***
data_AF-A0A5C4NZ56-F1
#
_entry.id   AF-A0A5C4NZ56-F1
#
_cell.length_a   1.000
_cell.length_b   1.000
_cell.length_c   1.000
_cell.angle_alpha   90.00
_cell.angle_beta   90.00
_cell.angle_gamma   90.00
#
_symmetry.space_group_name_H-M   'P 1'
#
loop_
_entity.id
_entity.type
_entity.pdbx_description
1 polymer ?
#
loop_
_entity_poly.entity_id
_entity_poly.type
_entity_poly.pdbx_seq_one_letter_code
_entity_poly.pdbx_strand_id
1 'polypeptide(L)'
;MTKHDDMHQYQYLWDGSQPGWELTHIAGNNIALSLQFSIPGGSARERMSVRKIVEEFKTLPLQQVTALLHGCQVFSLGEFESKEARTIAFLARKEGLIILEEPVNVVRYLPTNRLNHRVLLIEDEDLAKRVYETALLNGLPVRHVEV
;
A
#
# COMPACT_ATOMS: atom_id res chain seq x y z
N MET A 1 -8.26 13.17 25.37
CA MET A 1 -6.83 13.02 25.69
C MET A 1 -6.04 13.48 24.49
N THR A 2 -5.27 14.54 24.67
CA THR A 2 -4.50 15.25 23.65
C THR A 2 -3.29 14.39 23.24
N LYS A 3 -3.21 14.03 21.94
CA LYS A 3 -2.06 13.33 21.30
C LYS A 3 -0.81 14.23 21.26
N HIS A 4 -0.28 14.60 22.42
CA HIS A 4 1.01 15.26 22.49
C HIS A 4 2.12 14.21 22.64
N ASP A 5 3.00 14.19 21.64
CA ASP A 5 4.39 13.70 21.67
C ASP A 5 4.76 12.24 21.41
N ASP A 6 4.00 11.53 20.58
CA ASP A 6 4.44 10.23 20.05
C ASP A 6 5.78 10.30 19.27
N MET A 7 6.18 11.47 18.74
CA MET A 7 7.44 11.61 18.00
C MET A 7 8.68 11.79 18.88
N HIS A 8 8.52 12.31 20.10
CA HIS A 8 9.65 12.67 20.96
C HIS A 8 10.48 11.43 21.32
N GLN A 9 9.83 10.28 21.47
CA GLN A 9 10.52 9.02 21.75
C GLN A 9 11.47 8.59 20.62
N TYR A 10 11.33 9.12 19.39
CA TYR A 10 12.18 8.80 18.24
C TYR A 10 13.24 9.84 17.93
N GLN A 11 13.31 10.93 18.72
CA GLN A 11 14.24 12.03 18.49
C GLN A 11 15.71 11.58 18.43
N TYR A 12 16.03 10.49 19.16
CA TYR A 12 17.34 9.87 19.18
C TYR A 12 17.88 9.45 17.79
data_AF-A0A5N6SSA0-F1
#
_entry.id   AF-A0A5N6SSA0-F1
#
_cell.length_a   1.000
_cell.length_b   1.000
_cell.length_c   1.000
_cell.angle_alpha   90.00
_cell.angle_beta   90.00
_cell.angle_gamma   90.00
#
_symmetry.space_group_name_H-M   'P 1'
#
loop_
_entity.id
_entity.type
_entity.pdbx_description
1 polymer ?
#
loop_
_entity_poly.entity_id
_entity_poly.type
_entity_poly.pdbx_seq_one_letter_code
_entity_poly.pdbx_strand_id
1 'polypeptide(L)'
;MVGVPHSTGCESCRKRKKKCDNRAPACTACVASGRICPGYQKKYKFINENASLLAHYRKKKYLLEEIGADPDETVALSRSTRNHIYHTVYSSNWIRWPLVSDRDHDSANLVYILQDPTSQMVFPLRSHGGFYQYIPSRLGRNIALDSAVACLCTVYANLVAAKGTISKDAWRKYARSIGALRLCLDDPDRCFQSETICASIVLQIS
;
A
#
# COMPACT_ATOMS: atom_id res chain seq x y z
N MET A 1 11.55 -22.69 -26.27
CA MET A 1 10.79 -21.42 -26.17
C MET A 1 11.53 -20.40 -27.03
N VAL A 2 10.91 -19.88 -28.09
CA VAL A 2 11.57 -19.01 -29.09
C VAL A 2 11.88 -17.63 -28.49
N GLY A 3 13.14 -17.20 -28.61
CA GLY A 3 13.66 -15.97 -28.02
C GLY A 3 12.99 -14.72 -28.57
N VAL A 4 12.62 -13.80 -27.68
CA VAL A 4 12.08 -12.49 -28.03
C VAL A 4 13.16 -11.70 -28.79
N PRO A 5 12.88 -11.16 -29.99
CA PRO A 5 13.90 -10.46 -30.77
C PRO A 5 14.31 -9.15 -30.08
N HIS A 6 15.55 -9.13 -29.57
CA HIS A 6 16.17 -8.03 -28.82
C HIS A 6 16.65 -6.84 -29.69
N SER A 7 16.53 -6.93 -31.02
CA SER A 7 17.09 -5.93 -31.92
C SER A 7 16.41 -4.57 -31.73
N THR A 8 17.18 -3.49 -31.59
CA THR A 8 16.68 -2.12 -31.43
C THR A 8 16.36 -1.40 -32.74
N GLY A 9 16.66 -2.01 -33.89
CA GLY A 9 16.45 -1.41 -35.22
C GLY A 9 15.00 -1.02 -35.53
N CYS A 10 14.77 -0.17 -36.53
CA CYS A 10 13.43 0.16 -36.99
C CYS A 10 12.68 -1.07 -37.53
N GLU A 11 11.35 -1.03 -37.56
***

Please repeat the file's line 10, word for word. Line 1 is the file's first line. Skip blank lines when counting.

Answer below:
_cell.angle_gamma   90.00